31 May 2013

Anti-Muslim hate crimes soar since Woolwich attack

Lee Rigby’s family say he would not want people to use his name as an excuse to attacks others. But figures show that violence against Muslim targets has increased fivefold since his murder.

Channel 4 News has obtained figures from the Association of Chief Police Officers (Acpo), which emerged as Drummer Lee Rigby’s family appealed for calm following his killing on 22 May.

On the eve of an EDL/BNP demonstration in London, BNP leader Nick Griffin is threatening to defy the ban on marching past the spot where Drummer Rigby died.

136 complaints of anti-Muslim incidents were reported online to police in the week following the killing – that included violence and internet material. The number is five times the number recorded in the preceding week, although the numbers hit a peak the day after the murder.

Adebolajo, 28, was shot by armed police after Drummer Lee Rigby was killed in Woolwich, south east London, on 22 May.

The 28-year-old had already been arrested on suspicion of the soldier’s murder, and today was further arrested on suspicion of the attempted murder of a police officer.

Michael Adebowale, 22, was charged with murdering the young soldier earlier this week and is due to appear at the Old Bailey on Monday.

Police have also arrested two men aged 42 and 46 on suspicion of being involved in the illegal supply of firearms.

Drummer Rigby, 25, was hacked to death near Woolwich barracks last week after he was hit by a car.

Read more: Home Office figures on hate crimes in England and Wales, 2011 to 2012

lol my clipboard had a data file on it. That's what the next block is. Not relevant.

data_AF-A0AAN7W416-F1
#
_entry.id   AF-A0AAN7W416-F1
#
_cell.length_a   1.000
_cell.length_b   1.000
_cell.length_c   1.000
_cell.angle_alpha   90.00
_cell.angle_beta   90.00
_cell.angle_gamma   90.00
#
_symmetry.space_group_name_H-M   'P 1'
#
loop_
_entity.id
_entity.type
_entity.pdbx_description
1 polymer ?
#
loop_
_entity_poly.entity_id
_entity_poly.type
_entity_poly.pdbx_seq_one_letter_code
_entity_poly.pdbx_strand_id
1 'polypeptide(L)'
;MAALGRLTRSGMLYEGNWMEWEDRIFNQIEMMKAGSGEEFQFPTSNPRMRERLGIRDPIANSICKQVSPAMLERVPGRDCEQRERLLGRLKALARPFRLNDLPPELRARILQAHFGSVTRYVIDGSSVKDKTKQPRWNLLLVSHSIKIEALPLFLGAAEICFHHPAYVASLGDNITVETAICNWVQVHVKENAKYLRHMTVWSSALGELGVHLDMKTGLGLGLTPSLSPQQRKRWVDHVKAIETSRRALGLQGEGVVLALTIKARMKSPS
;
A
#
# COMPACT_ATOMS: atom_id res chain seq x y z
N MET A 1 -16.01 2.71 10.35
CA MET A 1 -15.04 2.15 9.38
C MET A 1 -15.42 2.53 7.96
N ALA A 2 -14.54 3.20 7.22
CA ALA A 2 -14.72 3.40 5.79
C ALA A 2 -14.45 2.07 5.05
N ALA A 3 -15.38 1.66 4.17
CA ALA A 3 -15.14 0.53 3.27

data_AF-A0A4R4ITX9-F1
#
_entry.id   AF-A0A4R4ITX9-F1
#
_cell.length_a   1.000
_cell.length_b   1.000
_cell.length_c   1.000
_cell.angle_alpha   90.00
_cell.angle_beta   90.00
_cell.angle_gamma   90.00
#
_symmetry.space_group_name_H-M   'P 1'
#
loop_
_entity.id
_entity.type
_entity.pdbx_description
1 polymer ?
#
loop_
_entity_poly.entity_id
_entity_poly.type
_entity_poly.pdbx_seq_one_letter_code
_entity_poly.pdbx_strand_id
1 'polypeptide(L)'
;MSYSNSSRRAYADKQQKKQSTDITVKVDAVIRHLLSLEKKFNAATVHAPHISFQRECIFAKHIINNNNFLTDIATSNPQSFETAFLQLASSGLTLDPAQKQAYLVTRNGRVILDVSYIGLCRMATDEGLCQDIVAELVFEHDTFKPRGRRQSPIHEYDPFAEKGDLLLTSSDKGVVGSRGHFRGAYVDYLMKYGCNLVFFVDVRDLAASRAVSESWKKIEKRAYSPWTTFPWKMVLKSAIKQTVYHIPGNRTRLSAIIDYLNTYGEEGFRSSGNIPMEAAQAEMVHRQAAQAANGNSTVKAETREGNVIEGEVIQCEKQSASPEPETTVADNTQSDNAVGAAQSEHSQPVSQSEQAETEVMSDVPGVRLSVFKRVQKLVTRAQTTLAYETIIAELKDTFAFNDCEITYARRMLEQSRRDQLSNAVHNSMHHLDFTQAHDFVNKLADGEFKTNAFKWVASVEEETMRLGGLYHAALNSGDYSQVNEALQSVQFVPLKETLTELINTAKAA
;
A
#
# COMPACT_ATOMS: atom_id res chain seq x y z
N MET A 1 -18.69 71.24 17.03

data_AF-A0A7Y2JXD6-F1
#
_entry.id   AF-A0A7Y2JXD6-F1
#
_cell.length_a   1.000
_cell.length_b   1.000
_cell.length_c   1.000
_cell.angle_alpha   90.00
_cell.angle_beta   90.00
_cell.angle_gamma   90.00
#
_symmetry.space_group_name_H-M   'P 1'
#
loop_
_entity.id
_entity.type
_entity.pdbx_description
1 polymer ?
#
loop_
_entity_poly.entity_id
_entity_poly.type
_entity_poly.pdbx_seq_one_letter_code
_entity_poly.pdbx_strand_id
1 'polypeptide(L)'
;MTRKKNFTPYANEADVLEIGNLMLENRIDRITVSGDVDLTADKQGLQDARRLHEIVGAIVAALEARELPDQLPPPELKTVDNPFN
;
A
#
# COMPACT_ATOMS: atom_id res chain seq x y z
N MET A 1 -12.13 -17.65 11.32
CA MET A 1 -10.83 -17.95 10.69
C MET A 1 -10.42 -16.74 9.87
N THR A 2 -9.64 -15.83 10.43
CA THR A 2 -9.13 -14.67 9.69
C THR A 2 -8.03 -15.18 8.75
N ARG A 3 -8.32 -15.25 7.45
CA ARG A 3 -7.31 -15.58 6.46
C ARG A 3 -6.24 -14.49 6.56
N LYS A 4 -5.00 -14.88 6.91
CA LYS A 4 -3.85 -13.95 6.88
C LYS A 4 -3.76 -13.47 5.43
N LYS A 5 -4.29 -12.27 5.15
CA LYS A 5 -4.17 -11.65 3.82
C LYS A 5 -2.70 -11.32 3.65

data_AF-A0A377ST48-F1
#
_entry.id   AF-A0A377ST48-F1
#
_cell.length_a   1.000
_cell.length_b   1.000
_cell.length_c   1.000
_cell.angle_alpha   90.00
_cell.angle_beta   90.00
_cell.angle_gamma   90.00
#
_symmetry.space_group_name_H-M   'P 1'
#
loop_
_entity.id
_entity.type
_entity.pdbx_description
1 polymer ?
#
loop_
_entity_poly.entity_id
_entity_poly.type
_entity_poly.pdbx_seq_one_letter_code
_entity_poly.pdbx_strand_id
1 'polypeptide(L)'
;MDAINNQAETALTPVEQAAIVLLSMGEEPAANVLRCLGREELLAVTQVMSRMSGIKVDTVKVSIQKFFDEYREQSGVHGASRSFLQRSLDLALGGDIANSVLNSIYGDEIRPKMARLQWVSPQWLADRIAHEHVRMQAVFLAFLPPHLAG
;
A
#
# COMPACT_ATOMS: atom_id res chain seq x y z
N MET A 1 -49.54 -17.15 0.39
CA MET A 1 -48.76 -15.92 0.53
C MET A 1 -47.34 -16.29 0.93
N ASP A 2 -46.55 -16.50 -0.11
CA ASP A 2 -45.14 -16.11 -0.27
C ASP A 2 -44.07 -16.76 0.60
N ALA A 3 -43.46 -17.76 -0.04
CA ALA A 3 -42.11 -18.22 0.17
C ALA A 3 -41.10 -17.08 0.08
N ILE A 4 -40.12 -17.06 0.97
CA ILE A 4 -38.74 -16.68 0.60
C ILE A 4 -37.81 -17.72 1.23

Family calls for calm

Earlier today, members of Drummer Rigby’s family including his mother Lyn, stepfather Ian, wife Rebecca and son Jack, released a statement through the Ministry of Defence saying he would not want violent attacks carried out in his name.

They said: “We would like to emphasise that Lee would not want people to use his name as an excuse to carry out attacks against others.

“We would not wish any other families to go through this harrowing experience and appeal to everyone to keep calm and show their respect in a peaceful manner.”

We would like to emphasise that Lee would not want people to use his name as an excuse to carry out attacks against others. Rigby family

The family spoke out ahead of a number of marches planned for this weekend, including one by the far-right British National Party (BNP) in the centre of London and another by Unite Against Fascism in Woolwich.

BNP members had wanted to hold a rally near the scene of the murder but police stepped in to prevent this to avoid inflaming “community tensions”.

Read more: 71 hate crimes reported since Woolwich, say police

Family statement

On Friday morning the Queen visited the barracks where Drummer Rigby was based and met officers and soldiers who knew him.

In their statement, Drummer Rigby’s family added: “We all loved Lee deeply and we know that he loved us – we all miss him so much.

“He was a fun-loving, approachable young man with a smile that always managed to light up a room. We have heard so many stories about him from so many people and they have brought us great comfort.

“Lee loved life and he loved people. He had many friends from different walks of life – some with different religious beliefs and cultures. But this made no difference to Lee – he always treated others with the greatest of respect.

“Finally, once again we would like to thank everyone for their support. It has been very much appreciated and it is helping us so much during these difficult times. Thank you.”

Medal campaign for ‘angels of Woolwich’

Meanwhile, the rector of Woolwich launched a campaign calling for three women – dubbed the Angels of Woolwich – to be awarded bravery medals.

Ingrid Loyau-Kennett was thrust into the spotlight after calmly speaking to one of Drummer Rigby’s alleged attackers as he stood with bloodied hands still clutching a weapon.

Amanda Donnelly and her daughter Gemma Donnelly-Martin insisted on being allowed to sit with the soldier after his body had been dragged into the middle of the road.

Rev Jesse van der Valk, rector of St Mary Magdalene parish church in Woolwich, is leading calls for the George Medal – awarded to civilians for acts of bravery – to be given to the women.